If the reader of this book is, like me, learning about the social insects for the first time, there is a sense of awe in just how much we know about ants, bees, wasps, and termites. The quantum of information provided by the authors in support of their model, particularly about the ants, can be overwhelming at time. The authors' discussion of genetic social evolution and sociogenesis is delivered early in chapters 2 and 3, and the evidence follows for seven more chapters over 430 pages. After reaching the end of the book, go back and read chapters 2 and 3 again and the enormous amount of detailed evidence will come together.

Sunday, September 27, 2009

Michael Gazzaniga, Human (2008)

In the September 18th post, I concluded that a grander treatment of the subject of mirror neurons should be forthcoming someday, a volume that more completely integrates the role of mirror neurons with the biological operations of the mind and body and discusses consciousness memory, and evolution. I did not expect that such a book was already on The Bookshelf and was the next book to come off the shelf. Human, by U.C. Santa Barbara neuroscientist and psychology professor, Michael Gazzaniga , is such a book. While not specifically about mirror neurons, this larger look at the landscape of language, memory, emotion, perception, primate evolution and behavior, infant behavior and development of the human brain gives due recognition to discovery and role of mirror neurons.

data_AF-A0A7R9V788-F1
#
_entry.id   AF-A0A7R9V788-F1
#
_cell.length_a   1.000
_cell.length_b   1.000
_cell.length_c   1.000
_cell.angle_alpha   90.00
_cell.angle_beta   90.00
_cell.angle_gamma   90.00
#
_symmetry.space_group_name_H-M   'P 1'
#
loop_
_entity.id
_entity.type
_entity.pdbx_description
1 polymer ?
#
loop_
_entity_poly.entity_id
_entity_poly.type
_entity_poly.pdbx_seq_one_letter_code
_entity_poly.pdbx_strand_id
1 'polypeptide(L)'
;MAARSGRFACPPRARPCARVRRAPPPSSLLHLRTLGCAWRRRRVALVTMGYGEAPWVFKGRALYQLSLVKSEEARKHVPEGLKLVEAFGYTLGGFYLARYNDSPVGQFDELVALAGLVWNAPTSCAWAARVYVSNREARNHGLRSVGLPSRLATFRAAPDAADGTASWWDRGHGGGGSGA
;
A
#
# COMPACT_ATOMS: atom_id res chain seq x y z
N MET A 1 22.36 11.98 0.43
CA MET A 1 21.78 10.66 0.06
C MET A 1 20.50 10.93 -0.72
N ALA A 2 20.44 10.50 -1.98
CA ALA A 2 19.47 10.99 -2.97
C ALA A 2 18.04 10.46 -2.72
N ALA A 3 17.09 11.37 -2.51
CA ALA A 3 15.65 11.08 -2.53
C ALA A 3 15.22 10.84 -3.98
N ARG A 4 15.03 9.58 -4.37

In the Mystery of Consciousness, University of California philosophy professor, John Searle, writes, "The mystery of consciousness will gradually be removed when we solve the biological problem of consciousness." That's a remarkable statement from the philosophical community, where for millenia its leading lights have been debating and struggling with non-biological metaphysical ideas about what form reality takes and how we know reality. For Searle, who rejects the mind-body dualism of Descartes, "The 'problem of consciousness' is the problem of explaining exactly how the neurobiological processes in the brain cause our subjective states of awareness or sentience. . . the problem of consciousness is a scientific research project like any other." And that is a task that Gazzaniga embarks upon in Human.